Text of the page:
Lenticular galaxies (S0, SB0):

Nucleus and disk, no spiral arms

Intermediate between E, spirals.

Irregular Galaxies (Irr ): No obvious nucleus, spiral arms.

Closer Look at Spiral Structure

Flocculent spirals - chaotic arms

Grand design spirals - well defined arms

What maintains spiral structure?

Self-Sustaining Star Formation:

Formation of hot stars triggers further star formation.

Different rotation periods drag inner edge of clump ahead - forming "spiral arm".

Produces broken, "flocculent" spirals.

Density Wave Theory:

Compression moving through disc

Could be produced by gravitational interactions of stars in disc

Enhanced gravity attracts gas, dust into spiral arms

Shock wave compresses gas, initiates star formation.

Stars of all masses form in spiral arms: O, B stars most visible.

Density waves could be sustained by gravitational disturbances due to central bar and/or galaxy-galaxy interactions

Compositions and Masses

20-30% galaxies are spirals

Elliptical galaxies: mostly Population II stars, little gas

Spiral galaxies: Population I and II, gas, spiral arms dominated by hot young stars, HII regions

Irregular galaxies: young stars, lots of gas

Masses: 106 - 1013 solar masses

Luminosities: 2 x 105 - 1012 solar lumin.

Diameters: ~5000 - 5 x 106 light years

Rotation curves of spirals suggest presence of unseen matter

Evolution of Galaxies

Determined by angular momentum and rate of star formation in gas cloud

Little rotation, rapid star formation produces ellipticals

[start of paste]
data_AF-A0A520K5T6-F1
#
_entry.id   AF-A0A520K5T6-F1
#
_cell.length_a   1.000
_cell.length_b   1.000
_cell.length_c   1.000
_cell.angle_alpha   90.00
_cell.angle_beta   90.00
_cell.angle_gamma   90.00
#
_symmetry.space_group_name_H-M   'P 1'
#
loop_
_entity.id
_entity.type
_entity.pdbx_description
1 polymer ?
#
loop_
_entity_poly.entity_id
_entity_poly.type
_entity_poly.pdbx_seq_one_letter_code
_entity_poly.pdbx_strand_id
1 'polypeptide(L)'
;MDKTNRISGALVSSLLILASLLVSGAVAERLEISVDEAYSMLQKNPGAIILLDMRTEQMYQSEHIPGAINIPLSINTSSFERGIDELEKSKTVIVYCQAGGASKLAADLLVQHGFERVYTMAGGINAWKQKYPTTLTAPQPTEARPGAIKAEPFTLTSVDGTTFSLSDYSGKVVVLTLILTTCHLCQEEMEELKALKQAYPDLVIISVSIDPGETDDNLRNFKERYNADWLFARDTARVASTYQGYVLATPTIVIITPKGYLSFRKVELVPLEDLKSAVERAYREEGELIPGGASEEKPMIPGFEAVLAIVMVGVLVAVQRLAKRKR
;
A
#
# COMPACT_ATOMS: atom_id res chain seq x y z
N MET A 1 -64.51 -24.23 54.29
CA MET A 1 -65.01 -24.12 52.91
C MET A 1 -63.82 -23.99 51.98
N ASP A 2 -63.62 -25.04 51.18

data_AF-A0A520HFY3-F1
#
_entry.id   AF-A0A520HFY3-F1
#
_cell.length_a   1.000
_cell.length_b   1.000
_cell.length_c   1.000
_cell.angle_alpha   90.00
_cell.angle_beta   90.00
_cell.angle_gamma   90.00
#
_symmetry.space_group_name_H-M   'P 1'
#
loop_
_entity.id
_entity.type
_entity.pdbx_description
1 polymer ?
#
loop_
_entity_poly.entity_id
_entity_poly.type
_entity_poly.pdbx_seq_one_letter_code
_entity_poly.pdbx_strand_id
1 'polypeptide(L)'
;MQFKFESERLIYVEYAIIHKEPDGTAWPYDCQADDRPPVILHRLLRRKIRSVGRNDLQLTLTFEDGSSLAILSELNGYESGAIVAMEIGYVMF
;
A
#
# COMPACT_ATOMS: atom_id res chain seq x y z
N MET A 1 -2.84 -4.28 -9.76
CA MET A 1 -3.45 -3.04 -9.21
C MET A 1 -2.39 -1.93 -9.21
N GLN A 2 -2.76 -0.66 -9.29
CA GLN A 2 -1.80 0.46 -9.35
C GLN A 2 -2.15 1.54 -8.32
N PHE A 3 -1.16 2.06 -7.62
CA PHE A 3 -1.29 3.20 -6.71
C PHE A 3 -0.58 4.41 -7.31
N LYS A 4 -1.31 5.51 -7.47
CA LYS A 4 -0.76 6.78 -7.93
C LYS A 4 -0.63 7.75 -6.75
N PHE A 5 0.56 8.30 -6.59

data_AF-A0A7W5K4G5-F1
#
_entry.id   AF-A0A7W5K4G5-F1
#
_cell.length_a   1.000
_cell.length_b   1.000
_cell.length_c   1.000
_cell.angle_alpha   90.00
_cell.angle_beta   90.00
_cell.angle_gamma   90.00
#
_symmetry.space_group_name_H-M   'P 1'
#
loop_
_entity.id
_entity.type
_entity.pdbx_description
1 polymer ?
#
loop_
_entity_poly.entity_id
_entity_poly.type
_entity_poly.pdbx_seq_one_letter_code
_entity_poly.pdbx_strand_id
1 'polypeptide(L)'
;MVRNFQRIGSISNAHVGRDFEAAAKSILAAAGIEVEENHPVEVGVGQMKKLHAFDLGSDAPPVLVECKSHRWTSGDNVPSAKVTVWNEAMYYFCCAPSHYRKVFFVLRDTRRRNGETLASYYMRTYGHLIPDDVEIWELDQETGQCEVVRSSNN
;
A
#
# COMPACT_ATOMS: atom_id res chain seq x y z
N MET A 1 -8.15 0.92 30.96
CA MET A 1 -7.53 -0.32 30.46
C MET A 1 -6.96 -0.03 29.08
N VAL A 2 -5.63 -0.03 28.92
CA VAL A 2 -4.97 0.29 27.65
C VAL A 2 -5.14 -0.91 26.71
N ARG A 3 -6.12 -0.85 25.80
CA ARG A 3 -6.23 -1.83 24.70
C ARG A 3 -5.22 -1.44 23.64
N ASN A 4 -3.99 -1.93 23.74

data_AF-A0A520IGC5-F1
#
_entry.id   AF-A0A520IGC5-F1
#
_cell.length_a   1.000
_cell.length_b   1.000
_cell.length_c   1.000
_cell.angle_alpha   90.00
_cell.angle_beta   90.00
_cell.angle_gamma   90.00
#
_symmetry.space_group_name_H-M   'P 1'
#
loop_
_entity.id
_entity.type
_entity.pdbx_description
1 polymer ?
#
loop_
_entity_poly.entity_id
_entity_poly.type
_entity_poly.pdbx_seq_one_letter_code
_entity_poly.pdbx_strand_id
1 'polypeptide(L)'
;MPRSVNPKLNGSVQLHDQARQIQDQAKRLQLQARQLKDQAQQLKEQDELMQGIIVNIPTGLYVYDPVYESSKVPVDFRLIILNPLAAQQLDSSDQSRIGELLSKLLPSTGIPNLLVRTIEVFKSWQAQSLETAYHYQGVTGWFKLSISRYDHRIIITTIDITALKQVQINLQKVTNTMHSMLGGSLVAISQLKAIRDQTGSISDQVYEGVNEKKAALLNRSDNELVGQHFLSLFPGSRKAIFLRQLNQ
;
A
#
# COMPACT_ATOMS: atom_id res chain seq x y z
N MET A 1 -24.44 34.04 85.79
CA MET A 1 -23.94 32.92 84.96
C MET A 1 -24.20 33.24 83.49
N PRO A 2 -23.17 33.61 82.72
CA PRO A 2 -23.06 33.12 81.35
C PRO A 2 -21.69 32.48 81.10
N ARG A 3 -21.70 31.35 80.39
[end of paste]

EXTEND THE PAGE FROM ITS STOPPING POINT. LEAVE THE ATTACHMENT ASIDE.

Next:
More rapid rotation, slower star formation produces spirals, lenticulars

BUT: galaxy interactions important.

Trigger star formation (starburst galaxies)

Galaxy mergers (cannibalism)

Do galaxies form from smaller pieces?

The Local Group of Galaxies

Milky Way is 1 of 3 dominant spirals

~25 galaxies, mostly dwarfs

M31 (Andromeda Galaxy) largest, bright spiral

Several satellite galaxies, possible black hole at center

Milky Way - second largest, SBbc

Several satellites - Large and Small Magellanic Clouds

M33 (in Triangulum) - spiral, smallest of 3, possible central black hole

Members of Local Group still being discovered

Clustering on Various Scales

Most galaxies in clusters.

Groups - small, few dozen members

Regular (Rich) clusters:

> 1000 galaxies, spheroidal distrib.

Diameter ~ 3 Mpc (3 x106 pc)

Concentrated to center.

Giant E (cD) at center.

X-ray emitting metal-rich gas

Stripping and collisions important.

Mostly E, S0 galaxies.

Virgo, Coma clusters

Irregular (Poor) clusters:

Fewer galaxies

Structure irregular

Little stripping, few collisions.

More spirals than rich clusters.

Superclusters - aggregates of clusters, groups

100 - 250 x 106 light years (l.y.)

Connected by filaments of galaxies, clusters.

Voids (100 - 150 x 106 l.y.) in between

Dark Matter in Clusters

If clusters gravitationally bound, must contain undetected matter (dark matter)

Gravitational lensing => presence of dark matter

If hot x-ray emitting gas confined to cluster => presence of dark matter

Prof. Donna Weistrop

University of Nevada, Las Vegas